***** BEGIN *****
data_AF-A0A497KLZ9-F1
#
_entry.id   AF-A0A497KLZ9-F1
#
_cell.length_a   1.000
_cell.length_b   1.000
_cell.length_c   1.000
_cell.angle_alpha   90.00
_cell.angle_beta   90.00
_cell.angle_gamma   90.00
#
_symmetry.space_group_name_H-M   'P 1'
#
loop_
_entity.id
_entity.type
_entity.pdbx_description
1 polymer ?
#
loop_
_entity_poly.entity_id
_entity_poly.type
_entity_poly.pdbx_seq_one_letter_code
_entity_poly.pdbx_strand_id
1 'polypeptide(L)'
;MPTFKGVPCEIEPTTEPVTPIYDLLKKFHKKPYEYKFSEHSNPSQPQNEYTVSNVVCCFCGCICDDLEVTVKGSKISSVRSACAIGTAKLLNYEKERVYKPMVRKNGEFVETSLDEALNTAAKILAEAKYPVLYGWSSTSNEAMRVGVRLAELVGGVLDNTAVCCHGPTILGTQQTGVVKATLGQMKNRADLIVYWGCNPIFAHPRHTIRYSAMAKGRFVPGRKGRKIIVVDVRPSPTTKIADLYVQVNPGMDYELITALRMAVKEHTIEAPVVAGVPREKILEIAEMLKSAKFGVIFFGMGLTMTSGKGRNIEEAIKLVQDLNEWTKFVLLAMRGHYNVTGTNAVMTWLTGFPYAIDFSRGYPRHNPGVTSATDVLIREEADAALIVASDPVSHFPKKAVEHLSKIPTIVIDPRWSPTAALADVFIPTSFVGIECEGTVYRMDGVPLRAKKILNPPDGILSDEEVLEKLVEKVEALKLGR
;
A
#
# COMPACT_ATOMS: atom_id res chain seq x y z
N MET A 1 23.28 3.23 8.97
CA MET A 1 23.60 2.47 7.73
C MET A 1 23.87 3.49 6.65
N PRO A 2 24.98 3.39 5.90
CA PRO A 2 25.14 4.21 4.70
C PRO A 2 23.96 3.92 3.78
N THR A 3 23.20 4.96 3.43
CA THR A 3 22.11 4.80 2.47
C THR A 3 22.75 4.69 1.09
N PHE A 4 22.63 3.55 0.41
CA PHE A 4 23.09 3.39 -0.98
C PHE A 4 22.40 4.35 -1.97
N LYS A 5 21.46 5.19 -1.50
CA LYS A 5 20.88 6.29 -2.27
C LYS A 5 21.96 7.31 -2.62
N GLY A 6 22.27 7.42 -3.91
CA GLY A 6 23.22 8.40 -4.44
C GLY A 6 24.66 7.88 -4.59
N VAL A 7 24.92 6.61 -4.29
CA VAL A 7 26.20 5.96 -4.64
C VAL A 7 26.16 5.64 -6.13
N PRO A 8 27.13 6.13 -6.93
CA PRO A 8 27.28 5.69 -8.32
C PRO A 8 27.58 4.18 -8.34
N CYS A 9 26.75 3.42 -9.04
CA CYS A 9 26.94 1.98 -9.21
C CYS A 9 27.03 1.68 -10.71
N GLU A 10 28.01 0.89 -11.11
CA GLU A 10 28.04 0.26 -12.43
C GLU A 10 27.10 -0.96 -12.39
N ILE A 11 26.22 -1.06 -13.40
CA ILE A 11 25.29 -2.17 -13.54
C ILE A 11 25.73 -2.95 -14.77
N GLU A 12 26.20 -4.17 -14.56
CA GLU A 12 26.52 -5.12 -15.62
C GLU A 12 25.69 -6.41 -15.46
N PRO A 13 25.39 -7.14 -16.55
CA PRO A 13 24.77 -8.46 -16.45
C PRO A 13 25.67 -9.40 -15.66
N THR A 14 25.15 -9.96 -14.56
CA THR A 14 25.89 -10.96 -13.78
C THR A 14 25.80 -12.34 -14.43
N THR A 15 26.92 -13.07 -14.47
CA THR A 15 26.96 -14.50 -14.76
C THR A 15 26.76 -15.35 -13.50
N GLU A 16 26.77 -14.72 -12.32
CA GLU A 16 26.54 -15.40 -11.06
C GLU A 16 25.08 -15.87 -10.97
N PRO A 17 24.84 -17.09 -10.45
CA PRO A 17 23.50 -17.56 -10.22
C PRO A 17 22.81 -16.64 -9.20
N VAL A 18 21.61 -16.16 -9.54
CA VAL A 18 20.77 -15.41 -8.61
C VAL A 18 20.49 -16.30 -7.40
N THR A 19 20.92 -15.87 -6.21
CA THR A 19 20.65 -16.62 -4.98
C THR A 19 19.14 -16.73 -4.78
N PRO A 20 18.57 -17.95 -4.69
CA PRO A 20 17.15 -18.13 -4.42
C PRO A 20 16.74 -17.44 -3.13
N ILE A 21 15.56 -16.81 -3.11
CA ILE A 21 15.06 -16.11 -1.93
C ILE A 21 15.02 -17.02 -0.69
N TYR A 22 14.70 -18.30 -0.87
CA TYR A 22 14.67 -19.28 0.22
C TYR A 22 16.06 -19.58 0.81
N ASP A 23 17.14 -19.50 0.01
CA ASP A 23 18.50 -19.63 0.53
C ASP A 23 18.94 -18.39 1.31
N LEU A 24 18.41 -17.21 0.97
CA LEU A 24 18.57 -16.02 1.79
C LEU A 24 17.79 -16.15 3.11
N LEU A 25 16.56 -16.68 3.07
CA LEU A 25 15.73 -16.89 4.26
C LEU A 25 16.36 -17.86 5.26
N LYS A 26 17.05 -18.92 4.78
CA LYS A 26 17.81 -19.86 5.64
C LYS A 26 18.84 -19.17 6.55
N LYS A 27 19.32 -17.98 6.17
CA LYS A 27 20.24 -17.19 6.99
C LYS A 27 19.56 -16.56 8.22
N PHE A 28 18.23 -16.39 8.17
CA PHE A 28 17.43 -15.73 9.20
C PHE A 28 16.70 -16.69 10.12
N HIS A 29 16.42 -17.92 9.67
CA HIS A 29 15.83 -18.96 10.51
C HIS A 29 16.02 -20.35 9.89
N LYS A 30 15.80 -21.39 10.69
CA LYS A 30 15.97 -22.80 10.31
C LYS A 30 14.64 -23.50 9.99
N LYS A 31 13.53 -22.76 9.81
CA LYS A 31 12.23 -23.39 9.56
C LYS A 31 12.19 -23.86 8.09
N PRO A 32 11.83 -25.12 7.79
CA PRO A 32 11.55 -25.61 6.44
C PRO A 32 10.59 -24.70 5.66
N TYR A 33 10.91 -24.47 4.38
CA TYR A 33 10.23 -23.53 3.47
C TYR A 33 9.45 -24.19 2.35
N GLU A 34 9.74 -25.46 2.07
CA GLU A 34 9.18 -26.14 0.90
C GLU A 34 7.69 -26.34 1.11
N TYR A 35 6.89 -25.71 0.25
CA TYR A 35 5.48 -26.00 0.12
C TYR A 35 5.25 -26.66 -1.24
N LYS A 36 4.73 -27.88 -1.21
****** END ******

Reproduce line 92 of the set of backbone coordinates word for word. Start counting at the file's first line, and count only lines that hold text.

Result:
CA ILE A 21 15.06 -16.11 -1.93